Categories: The Winds of Winter Tags:
Here’s a thought that we’ve had for a while, but hadn’t articulated it well into a post. Now we don’t have to as the the great Brynden Blackfish has done so here.
Be sure to read the entire thing, but the gist of it is that Brienne and Pod will be outside of Winterfell when Sansa and Theon jump over the wall. I expect Sansa will light her candle in the window as the old woman suggested.
Categories: The Winds of Winter Tags:
As to be expected, last night’s episode of Game of Thrones has caused quite a stir. The episode ending scene made the unfortunate choice of using rape as a plot device. According to the episodes writer Bryan Cogman, Sansa made “a choice” to put herself into that situation. Rather than write up a long piece on the use of rape in the show, I’ll link to this one by @angryGOTfan (At least I believe he is the author, please correct me if I am wrong.)
But I will make this brief point. You can’t make the point that the show has made so many changes to the story and created it’s own version of the universe and simultaneously use the defense that the rape happens in the books. Because it doesn’t. Ramsay rapes his wife on his wedding night, that much is true. But if you change the situation and place a different character there, then you can change the course of events. Did we need more reasons to dislike Ramsay? What is the point other than to show yet another rape in the show.
If you are upset about this episode, or this article, then do something positive and donate to RAINN.
For those of you familiar with GRRM’s “Not a Blog” livejournal site, you know that he is a huge fan of NFL football. In particular the New York teams, The Jets and Giants. So George is no doubt familiar with the phenomenon known as “Coachspeak.” As many of you may not be familiar with the term, I think it’s best explained through an example. In a nutshell, “Coachspeak” is when a football coach says something that isn’t true, but it is not possible to know that because the coach holds information that nobody else does. Here’s the example:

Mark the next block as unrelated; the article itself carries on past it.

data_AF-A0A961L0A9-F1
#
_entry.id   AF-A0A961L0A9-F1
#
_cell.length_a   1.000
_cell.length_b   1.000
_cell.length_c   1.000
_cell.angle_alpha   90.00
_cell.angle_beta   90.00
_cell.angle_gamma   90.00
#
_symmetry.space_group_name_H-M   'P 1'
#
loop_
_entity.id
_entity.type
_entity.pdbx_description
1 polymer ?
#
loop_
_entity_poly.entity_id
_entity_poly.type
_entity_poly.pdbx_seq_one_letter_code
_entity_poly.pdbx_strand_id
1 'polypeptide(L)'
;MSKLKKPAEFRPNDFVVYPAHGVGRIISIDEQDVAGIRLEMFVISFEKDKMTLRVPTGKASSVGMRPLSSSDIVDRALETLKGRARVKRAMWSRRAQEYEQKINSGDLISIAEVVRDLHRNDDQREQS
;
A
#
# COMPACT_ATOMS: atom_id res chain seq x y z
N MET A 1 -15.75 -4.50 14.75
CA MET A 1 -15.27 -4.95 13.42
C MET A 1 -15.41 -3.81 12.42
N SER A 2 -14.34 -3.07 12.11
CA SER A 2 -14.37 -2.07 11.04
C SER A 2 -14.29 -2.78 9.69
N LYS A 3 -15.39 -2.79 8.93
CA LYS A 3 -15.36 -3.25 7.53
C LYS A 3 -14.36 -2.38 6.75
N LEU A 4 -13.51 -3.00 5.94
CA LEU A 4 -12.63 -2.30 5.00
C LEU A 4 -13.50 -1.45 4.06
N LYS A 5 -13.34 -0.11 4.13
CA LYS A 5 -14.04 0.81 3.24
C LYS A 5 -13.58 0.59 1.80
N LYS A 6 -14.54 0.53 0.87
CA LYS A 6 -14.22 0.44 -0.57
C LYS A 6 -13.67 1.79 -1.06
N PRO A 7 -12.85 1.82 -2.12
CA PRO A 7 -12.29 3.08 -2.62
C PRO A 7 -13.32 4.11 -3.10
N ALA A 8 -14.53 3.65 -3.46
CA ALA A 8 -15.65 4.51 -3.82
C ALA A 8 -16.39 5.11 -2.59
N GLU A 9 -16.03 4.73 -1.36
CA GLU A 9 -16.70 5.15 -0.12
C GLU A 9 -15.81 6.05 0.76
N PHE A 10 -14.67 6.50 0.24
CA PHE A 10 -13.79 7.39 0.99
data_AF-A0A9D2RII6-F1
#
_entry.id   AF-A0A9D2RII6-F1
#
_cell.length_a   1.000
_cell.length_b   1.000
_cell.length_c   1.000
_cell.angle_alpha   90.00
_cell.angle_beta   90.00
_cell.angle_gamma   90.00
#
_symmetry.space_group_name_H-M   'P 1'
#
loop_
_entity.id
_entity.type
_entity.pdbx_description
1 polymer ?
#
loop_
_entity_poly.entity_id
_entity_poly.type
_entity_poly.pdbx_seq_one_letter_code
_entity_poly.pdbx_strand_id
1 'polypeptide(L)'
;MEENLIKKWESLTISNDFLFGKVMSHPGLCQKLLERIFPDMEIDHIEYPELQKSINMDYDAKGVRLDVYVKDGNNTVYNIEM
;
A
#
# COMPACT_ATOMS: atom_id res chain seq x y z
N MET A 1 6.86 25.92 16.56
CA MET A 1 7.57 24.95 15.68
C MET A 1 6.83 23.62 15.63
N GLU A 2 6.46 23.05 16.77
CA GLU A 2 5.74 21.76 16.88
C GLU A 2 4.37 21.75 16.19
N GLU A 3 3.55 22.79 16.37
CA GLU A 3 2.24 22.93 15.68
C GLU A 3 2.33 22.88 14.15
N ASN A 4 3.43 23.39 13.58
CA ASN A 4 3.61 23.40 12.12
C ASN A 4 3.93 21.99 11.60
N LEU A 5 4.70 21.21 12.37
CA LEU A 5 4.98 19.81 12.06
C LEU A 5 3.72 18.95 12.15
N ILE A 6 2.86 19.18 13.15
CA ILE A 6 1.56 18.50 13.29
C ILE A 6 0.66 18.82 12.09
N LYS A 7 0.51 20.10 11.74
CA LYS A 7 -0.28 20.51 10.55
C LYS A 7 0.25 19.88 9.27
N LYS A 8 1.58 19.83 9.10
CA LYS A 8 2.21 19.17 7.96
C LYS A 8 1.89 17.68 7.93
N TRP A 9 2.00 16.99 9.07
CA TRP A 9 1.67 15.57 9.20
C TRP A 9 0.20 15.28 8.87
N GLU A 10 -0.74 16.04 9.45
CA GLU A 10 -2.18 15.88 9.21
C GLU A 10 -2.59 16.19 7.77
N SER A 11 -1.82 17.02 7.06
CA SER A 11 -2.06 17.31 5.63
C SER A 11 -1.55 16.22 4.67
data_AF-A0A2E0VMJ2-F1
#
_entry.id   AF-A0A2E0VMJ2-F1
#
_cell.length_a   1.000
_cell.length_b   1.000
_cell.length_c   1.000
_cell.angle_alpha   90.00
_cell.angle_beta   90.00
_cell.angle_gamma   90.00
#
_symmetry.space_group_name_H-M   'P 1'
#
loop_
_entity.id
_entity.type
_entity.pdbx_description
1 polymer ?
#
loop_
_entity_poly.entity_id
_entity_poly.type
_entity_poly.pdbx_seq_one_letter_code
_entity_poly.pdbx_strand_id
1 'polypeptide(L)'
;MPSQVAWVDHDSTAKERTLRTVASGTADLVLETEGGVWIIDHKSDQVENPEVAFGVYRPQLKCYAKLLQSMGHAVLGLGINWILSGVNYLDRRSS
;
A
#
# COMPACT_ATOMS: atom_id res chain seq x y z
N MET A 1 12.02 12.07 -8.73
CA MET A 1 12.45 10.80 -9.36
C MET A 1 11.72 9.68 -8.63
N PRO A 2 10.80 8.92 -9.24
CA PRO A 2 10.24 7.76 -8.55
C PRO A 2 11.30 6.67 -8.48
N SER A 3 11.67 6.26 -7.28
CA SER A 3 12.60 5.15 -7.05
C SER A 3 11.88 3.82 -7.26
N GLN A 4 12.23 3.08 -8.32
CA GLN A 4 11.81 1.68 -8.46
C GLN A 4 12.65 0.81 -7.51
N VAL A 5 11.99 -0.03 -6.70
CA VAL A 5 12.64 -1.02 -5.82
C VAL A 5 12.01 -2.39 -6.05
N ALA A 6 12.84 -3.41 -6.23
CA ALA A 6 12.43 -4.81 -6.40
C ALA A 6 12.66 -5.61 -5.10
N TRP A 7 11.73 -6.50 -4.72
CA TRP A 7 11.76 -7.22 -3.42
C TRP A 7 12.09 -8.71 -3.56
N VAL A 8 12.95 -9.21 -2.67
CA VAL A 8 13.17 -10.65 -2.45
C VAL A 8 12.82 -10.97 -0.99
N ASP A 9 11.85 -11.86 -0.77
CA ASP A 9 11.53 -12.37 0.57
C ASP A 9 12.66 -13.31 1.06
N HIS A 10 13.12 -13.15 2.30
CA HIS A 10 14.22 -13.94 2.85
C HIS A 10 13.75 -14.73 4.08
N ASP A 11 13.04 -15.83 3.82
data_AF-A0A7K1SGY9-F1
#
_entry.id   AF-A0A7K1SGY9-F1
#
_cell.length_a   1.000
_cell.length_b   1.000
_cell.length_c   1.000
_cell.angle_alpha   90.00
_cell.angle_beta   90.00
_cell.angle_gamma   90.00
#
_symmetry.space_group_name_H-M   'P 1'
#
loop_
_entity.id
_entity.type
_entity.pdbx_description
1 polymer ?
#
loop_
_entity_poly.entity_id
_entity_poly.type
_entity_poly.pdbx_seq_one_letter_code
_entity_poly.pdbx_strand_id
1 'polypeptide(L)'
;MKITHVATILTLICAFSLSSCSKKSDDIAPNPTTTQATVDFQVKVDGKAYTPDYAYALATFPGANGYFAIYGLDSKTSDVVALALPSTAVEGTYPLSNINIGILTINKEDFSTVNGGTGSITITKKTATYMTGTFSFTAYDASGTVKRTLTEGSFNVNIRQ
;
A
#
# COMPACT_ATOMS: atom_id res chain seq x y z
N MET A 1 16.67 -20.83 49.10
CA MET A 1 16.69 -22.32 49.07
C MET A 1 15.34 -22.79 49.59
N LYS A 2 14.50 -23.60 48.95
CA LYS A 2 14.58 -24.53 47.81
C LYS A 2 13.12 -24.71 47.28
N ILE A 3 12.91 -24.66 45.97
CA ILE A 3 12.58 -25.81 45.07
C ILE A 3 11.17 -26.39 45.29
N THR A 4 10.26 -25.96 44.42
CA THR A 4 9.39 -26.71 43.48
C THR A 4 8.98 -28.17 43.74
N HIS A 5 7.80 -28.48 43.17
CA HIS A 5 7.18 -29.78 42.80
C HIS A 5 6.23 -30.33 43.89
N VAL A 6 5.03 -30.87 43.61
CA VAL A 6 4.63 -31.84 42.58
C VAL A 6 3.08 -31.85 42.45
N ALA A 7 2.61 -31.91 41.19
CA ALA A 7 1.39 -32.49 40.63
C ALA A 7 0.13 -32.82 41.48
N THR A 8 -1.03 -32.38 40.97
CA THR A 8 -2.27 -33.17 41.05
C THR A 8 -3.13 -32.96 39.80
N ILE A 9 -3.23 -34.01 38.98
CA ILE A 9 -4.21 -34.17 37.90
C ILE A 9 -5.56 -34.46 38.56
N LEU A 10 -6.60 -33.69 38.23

Scene: Pre-game press conference
Reporter: Hey Coach, you have a real tough game coming next week. How do you expect to win?
Coach: Well, We have a great running game. We have one of the best running backs in the league. We’ll probably give him the ball as many times as we can until his legs fall off.
Fast forward one week later, and the coach’s team won. But they barely ran the ball at all, instead their QB threw for over 400 yards and 4 touchdowns. Let’s see what the coach has to say about this.
Scene: Post-game press conference
Reporter: Coach, Can you explain your strategy and why you threw the ball so much instead of running?
Coach: We saw a few things while reviewing game film, and we thought we could take advantage of their weak pass defense.
And there you have it. Only the coach knows if they truly lied in the first press conference, but if it happens every week, we can establish a pattern. But what’s the motivation? Well there are several benefits to this tactic. First, you give confidence to your players, in this case the running back. It never hurts to have the guy carrying the ball thinking the coach appreciates what he’s been doing. Remember this book reader and show watchers, when we circle back to why the hell I’m writing about this. Secondly, and probably more importantly, it creates a layer of distraction and subterfuge for the opposing team. In the week leading up to the game, they will prepare to defend a heavily run focused offense. If all goes well and the team wins, nobody calls into question the coach’s early remarks.
Here’s another example of some “coachspeak”:
“Last year we went out to Santa Fe for a week to sit down with [Martin] and just talk through where things are going, because we don’t know if we are going to catch up and where exactly that would be,” Benioff says in the April issue of Vanity Fair. “If you know the ending, then you can lay the groundwork for it. And so we want to know how everything ends. We want to be able to set things up. So we just sat down with him and literally went through every character.”